Center for American Progress. July 24, 2014.

The majority of unaccompanied children and families who are arriving come from a region of Central America known as the “Northern Triangle,” where high rates of violence and homicide have prevailed in recent years and economic opportunity is increasingly hard to come by. Officials believe a total of at least 90,000 children will arrive on the U.S.-Mexico border by the end of this fiscal year in September. [Note: contains copyrighted material].

http://cdn.americanprogress.org/wp-content/uploads/2014/07/CentAmerChildren3.pdf [PDF format, 16 pages].

Breadwinning Mothers, Then and Now

On June 23, 2014, in Economy, Labor, Social Issues, by editor1

Center for American Progress. June 20, 2014.

Mothers’ economic contributions to their families are more important now than ever before, as the majority of families with children are headed by women who are either the primary breadwinner or share that responsibility with a partner. Knowing who these women are provides a better understanding of our current workforce and highlights the need to update our nation’s labor standards. [Note: contains copyrighted material].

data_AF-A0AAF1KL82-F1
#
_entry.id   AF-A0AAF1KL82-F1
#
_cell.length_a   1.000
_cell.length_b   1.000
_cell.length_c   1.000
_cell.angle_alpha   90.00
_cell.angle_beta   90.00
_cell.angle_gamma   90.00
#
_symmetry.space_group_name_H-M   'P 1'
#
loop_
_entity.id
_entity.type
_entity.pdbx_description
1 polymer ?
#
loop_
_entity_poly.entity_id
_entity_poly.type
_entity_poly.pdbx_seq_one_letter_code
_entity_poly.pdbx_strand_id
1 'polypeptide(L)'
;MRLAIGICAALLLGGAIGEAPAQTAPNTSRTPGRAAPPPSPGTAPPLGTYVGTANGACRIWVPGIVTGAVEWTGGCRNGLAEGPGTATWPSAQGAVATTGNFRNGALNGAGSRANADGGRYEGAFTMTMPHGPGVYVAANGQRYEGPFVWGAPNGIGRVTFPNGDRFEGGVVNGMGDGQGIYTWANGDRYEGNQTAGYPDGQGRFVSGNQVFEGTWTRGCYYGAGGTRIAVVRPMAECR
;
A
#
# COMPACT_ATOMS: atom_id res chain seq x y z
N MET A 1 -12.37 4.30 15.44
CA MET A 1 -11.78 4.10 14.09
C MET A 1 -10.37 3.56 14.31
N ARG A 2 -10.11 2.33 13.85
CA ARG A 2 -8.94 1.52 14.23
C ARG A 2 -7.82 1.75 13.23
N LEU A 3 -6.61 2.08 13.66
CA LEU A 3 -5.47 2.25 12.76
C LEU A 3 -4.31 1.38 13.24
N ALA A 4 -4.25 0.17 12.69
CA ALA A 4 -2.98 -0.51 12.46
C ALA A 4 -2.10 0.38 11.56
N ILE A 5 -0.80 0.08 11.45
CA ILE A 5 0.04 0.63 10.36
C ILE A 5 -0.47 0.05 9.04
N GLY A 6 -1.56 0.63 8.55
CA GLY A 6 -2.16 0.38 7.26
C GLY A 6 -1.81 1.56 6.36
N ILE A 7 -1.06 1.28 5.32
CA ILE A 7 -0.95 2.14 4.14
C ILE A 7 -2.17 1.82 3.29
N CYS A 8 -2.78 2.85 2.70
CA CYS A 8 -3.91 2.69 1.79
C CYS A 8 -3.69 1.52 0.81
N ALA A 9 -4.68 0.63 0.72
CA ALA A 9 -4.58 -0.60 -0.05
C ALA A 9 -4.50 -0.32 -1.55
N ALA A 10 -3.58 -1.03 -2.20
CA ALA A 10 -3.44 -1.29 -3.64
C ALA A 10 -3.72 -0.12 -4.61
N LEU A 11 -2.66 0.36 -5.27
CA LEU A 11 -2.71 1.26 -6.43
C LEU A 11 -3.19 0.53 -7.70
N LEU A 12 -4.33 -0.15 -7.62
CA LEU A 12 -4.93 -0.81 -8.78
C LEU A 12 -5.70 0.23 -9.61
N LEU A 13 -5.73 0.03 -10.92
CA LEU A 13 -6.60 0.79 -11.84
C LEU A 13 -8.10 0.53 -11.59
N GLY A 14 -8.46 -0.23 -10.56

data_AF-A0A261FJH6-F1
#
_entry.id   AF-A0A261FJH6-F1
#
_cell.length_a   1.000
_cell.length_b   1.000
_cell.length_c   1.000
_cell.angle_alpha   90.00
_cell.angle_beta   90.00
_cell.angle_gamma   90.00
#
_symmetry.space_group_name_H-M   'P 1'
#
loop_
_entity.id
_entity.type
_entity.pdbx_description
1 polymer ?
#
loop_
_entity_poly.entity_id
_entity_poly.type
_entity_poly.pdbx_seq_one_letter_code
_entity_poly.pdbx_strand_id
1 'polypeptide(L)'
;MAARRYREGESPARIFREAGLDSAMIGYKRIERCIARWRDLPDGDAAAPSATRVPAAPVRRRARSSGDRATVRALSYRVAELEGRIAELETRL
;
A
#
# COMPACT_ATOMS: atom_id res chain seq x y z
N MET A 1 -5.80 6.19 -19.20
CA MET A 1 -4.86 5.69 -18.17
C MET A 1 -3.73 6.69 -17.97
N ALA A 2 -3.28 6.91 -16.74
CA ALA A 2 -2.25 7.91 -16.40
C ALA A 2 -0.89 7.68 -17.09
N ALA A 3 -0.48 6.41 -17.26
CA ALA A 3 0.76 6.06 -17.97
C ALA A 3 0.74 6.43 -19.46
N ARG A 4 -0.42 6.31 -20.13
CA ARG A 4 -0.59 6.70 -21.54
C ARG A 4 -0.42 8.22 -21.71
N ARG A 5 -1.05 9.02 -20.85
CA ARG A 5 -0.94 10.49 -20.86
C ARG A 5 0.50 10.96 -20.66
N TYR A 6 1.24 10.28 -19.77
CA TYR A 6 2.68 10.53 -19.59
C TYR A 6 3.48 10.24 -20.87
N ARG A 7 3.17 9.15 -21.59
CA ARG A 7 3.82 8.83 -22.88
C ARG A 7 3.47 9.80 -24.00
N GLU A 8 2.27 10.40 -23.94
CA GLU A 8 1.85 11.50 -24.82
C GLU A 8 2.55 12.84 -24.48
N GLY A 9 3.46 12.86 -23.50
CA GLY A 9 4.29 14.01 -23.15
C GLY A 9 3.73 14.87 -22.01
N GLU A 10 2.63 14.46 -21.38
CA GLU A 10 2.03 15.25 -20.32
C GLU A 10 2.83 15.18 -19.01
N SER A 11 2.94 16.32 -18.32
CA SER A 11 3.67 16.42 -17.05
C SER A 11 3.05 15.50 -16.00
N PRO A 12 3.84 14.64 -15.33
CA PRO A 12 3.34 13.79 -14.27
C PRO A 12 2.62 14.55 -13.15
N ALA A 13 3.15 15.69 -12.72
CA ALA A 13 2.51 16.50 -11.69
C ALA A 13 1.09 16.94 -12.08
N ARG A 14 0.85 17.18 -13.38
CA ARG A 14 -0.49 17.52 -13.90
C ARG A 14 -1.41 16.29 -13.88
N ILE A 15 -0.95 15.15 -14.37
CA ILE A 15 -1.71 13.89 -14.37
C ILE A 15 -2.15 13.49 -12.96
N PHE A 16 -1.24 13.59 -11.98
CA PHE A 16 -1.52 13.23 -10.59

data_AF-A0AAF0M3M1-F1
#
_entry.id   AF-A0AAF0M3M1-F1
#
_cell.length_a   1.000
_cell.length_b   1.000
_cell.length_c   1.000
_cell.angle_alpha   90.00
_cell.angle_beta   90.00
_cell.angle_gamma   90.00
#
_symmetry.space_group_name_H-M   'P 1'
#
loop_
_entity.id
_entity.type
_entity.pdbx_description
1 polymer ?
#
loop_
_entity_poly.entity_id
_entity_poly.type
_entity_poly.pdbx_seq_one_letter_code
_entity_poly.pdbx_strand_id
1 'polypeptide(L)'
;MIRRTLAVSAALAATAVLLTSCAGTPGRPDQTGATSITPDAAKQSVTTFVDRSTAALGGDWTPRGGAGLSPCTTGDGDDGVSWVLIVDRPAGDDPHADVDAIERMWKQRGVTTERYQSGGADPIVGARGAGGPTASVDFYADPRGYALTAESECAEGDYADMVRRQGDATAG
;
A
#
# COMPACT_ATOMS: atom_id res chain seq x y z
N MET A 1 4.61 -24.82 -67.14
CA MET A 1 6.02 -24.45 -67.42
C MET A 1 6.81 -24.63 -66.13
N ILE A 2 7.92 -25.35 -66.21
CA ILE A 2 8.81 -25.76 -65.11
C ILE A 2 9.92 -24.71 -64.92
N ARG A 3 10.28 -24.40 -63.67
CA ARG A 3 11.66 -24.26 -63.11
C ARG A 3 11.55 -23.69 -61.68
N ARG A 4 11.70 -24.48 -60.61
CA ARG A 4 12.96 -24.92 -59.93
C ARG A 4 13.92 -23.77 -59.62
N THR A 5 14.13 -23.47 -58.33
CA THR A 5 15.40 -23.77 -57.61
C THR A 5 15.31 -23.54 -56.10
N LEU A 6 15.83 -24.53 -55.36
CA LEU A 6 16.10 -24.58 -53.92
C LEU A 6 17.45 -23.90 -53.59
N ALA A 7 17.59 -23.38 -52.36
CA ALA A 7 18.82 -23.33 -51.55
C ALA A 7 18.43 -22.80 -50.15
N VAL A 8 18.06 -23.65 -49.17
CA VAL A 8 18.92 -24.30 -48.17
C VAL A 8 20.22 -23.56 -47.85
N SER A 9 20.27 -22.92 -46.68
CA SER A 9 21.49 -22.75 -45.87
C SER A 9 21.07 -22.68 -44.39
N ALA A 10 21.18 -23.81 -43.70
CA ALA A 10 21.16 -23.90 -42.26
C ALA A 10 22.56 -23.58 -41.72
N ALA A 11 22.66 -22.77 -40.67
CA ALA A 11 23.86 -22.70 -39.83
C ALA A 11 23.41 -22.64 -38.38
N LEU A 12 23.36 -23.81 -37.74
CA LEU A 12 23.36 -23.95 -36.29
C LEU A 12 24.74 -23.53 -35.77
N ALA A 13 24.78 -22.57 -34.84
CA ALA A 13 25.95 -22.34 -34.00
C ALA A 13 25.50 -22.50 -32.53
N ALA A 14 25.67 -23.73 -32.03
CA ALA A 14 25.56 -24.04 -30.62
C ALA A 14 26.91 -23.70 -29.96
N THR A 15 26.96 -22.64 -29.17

http://cdn.americanprogress.org/wp-content/uploads/2014/06/Glynn-Breadwinners-report-FINAL.pdf [PDF format, 21 pages].

Pew Research Social & Demographic Trends. June 5, 2014.

This report examines the demographic characteristics of U.S. fathers who lived with their children younger than 18 in 2012 and did not work outside the home. It compares them with their counterparts in earlier years and reports on trends for this population since 1989, using U.S. Census Bureau data. In addition, it compares the characteristics of stay-at-home fathers with those of fathers who work for pay outside the home, and with stay-at-home mothers. [Note: contains copyrighted material].

http://www.pewsocialtrends.org/files/2014/06/2014-06-05_Stay-at-Home-Dads.pdf [PDF format, 16 pages].

Pew Research Social & Demographic Trends. April 8, 2014.

The share of mothers who do not work outside the home rose to 29% in 2012, up from a modern-era low of 23% in 1999, according to this report. This rise over the past dozen years represents the reversal of a long-term decline in “stay-at-home” mothers that had persisted for the last three decades of the 20th century. [Note: contains copyrighted material].

http://www.pewsocialtrends.org/files/2014/04/Moms-At-Home_04-08-2014.pdf [PDF format, 37 pages].

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